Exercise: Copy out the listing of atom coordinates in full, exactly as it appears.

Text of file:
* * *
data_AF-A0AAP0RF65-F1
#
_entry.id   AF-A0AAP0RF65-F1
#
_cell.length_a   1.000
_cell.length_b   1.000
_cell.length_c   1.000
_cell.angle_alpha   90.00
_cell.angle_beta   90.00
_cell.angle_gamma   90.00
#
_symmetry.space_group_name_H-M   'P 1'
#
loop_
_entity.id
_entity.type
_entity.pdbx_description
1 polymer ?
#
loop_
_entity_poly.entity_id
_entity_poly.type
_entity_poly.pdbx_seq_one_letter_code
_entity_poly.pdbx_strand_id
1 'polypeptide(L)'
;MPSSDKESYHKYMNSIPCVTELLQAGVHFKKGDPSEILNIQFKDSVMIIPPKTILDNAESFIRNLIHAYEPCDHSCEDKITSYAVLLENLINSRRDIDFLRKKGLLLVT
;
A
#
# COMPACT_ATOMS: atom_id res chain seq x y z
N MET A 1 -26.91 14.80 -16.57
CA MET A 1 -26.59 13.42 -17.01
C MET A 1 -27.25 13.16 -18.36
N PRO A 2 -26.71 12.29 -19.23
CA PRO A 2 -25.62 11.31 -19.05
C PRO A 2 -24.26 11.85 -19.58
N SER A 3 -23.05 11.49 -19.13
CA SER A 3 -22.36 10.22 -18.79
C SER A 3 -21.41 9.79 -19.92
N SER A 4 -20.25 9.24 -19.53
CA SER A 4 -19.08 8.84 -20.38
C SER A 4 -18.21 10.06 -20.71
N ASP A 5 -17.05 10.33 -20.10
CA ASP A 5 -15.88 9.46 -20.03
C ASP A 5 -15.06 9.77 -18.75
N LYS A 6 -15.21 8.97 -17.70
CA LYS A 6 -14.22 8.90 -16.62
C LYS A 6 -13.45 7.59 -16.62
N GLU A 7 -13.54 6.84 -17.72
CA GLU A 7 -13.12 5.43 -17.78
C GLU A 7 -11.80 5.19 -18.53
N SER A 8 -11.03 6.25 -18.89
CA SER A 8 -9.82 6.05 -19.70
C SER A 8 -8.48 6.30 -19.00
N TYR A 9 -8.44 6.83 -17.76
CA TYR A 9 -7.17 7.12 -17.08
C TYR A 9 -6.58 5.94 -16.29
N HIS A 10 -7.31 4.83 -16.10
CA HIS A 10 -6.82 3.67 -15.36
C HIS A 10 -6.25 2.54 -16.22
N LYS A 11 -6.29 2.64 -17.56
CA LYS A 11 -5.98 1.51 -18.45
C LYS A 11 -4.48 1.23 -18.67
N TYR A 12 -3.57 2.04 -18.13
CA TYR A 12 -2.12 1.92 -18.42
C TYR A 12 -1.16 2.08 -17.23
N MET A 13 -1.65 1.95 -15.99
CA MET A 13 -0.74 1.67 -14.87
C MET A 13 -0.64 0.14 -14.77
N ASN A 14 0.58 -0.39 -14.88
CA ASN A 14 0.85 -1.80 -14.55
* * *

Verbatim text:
data_AF-A0AAP0RF65-F1
#
_entry.id   AF-A0AAP0RF65-F1
#
_cell.length_a   1.000
_cell.length_b   1.000
_cell.length_c   1.000
_cell.angle_alpha   90.00
_cell.angle_beta   90.00
_cell.angle_gamma   90.00
#
_symmetry.space_group_name_H-M   'P 1'
#
loop_
_entity.id
_entity.type
_entity.pdbx_description
1 polymer ?
#
loop_
_entity_poly.entity_id
_entity_poly.type
_entity_poly.pdbx_seq_one_letter_code
_entity_poly.pdbx_strand_id
1 'polypeptide(L)'
;MPSSDKESYHKYMNSIPCVTELLQAGVHFKKGDPSEILNIQFKDSVMIIPPKTILDNAESFIRNLIHAYEPCDHSCEDKITSYAVLLENLINSRRDIDFLRKKGLLLVT
;
A
#
# COMPACT_ATOMS: atom_id res chain seq x y z
N MET A 1 -26.91 14.80 -16.57
CA MET A 1 -26.59 13.42 -17.01
C MET A 1 -27.25 13.16 -18.36
N PRO A 2 -26.71 12.29 -19.23
CA PRO A 2 -25.62 11.31 -19.05
C PRO A 2 -24.26 11.85 -19.58
N SER A 3 -23.05 11.49 -19.13
CA SER A 3 -22.36 10.22 -18.79
C SER A 3 -21.41 9.79 -19.92
N SER A 4 -20.25 9.24 -19.53
CA SER A 4 -19.08 8.84 -20.38
C SER A 4 -18.21 10.06 -20.71
N ASP A 5 -17.05 10.33 -20.10
CA ASP A 5 -15.88 9.46 -20.03
C ASP A 5 -15.06 9.77 -18.75
N LYS A 6 -15.21 8.97 -17.70
CA LYS A 6 -14.22 8.90 -16.62
C LYS A 6 -13.45 7.59 -16.62
N GLU A 7 -13.54 6.84 -17.72
CA GLU A 7 -13.12 5.43 -17.78
C GLU A 7 -11.80 5.19 -18.53
N SER A 8 -11.03 6.25 -18.89
CA SER A 8 -9.82 6.05 -19.70
C SER A 8 -8.48 6.30 -19.00
N TYR A 9 -8.44 6.83 -17.76
CA TYR A 9 -7.17 7.12 -17.08
C TYR A 9 -6.58 5.94 -16.29
N HIS A 10 -7.31 4.83 -16.10
CA HIS A 10 -6.82 3.67 -15.36
C HIS A 10 -6.25 2.54 -16.22
N LYS A 11 -6.29 2.64 -17.56
CA LYS A 11 -5.98 1.51 -18.45
C LYS A 11 -4.48 1.23 -18.67
N TYR A 12 -3.57 2.04 -18.13
CA TYR A 12 -2.12 1.92 -18.42
C TYR A 12 -1.16 2.08 -17.23
N MET A 13 -1.65 1.95 -15.99
CA MET A 13 -0.74 1.67 -14.87
C MET A 13 -0.64 0.14 -14.77
N ASN A 14 0.58 -0.39 -14.88
CA ASN A 14 0.85 -1.80 -14.55